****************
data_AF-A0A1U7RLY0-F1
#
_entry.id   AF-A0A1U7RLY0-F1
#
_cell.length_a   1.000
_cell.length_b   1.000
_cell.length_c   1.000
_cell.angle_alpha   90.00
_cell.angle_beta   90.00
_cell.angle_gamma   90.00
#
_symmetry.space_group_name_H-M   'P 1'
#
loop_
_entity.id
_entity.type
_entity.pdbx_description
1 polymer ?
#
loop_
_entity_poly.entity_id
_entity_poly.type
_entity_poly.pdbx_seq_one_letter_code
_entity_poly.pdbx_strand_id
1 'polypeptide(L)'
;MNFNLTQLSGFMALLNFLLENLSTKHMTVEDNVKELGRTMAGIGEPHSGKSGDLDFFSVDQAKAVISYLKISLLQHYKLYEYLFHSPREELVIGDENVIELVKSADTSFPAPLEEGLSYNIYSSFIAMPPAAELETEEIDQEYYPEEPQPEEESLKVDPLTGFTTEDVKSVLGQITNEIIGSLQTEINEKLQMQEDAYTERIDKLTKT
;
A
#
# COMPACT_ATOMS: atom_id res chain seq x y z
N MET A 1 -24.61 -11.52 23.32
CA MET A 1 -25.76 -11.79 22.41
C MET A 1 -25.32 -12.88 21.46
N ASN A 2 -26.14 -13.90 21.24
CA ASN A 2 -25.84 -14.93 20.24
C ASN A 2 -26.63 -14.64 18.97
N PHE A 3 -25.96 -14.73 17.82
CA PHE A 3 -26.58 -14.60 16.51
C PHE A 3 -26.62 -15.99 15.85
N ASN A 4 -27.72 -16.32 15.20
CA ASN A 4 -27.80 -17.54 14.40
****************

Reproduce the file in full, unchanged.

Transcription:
data_AF-A0A1U7RLY0-F1
#
_entry.id   AF-A0A1U7RLY0-F1
#
_cell.length_a   1.000
_cell.length_b   1.000
_cell.length_c   1.000
_cell.angle_alpha   90.00
_cell.angle_beta   90.00
_cell.angle_gamma   90.00
#
_symmetry.space_group_name_H-M   'P 1'
#
loop_
_entity.id
_entity.type
_entity.pdbx_description
1 polymer ?
#
loop_
_entity_poly.entity_id
_entity_poly.type
_entity_poly.pdbx_seq_one_letter_code
_entity_poly.pdbx_strand_id
1 'polypeptide(L)'
;MNFNLTQLSGFMALLNFLLENLSTKHMTVEDNVKELGRTMAGIGEPHSGKSGDLDFFSVDQAKAVISYLKISLLQHYKLYEYLFHSPREELVIGDENVIELVKSADTSFPAPLEEGLSYNIYSSFIAMPPAAELETEEIDQEYYPEEPQPEEESLKVDPLTGFTTEDVKSVLGQITNEIIGSLQTEINEKLQMQEDAYTERIDKLTKT
;
A
#
# COMPACT_ATOMS: atom_id res chain seq x y z
N MET A 1 -24.61 -11.52 23.32
CA MET A 1 -25.76 -11.79 22.41
C MET A 1 -25.32 -12.88 21.46
N ASN A 2 -26.14 -13.90 21.24
CA ASN A 2 -25.84 -14.93 20.24
C ASN A 2 -26.63 -14.64 18.97
N PHE A 3 -25.96 -14.73 17.82
CA PHE A 3 -26.58 -14.60 16.51
C PHE A 3 -26.62 -15.99 15.85
N ASN A 4 -27.72 -16.32 15.20
CA ASN A 4 -27.80 -17.54 14.40